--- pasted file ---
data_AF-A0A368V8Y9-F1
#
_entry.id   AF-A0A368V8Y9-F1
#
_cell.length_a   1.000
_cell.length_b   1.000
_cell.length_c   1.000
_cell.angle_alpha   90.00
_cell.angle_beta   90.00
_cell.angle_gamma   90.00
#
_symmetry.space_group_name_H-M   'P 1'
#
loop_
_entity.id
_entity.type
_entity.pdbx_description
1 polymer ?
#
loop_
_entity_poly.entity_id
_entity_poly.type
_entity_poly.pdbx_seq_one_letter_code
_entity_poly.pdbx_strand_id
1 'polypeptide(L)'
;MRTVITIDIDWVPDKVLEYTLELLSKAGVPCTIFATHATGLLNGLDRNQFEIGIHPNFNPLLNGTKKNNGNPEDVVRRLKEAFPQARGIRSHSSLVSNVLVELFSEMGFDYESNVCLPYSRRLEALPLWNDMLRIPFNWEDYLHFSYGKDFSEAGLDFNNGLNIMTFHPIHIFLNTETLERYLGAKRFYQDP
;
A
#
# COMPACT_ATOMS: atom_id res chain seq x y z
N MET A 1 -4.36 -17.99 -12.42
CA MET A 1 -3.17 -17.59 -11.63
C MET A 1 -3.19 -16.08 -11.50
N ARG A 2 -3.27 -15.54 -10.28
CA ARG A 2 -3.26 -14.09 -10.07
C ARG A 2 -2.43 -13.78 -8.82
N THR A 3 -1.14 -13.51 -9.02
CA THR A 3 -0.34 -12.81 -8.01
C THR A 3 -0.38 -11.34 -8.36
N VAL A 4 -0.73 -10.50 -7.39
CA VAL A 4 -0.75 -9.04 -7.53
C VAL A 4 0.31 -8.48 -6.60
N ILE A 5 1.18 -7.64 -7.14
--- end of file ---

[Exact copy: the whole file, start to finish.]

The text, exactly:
data_AF-A0A368V8Y9-F1
#
_entry.id   AF-A0A368V8Y9-F1
#
_cell.length_a   1.000
_cell.length_b   1.000
_cell.length_c   1.000
_cell.angle_alpha   90.00
_cell.angle_beta   90.00
_cell.angle_gamma   90.00
#
_symmetry.space_group_name_H-M   'P 1'
#
loop_
_entity.id
_entity.type
_entity.pdbx_description
1 polymer ?
#
loop_
_entity_poly.entity_id
_entity_poly.type
_entity_poly.pdbx_seq_one_letter_code
_entity_poly.pdbx_strand_id
1 'polypeptide(L)'
;MRTVITIDIDWVPDKVLEYTLELLSKAGVPCTIFATHATGLLNGLDRNQFEIGIHPNFNPLLNGTKKNNGNPEDVVRRLKEAFPQARGIRSHSSLVSNVLVELFSEMGFDYESNVCLPYSRRLEALPLWNDMLRIPFNWEDYLHFSYGKDFSEAGLDFNNGLNIMTFHPIHIFLNTETLERYLGAKRFYQDP
;
A
#
# COMPACT_ATOMS: atom_id res chain seq x y z
N MET A 1 -4.36 -17.99 -12.42
CA MET A 1 -3.17 -17.59 -11.63
C MET A 1 -3.19 -16.08 -11.50
N ARG A 2 -3.27 -15.54 -10.28
CA ARG A 2 -3.26 -14.09 -10.07
C ARG A 2 -2.43 -13.78 -8.82
N THR A 3 -1.14 -13.51 -9.02
CA THR A 3 -0.34 -12.81 -8.01
C THR A 3 -0.38 -11.34 -8.36
N VAL A 4 -0.73 -10.50 -7.39
CA VAL A 4 -0.75 -9.04 -7.53
C VAL A 4 0.31 -8.48 -6.60
N ILE A 5 1.18 -7.64 -7.14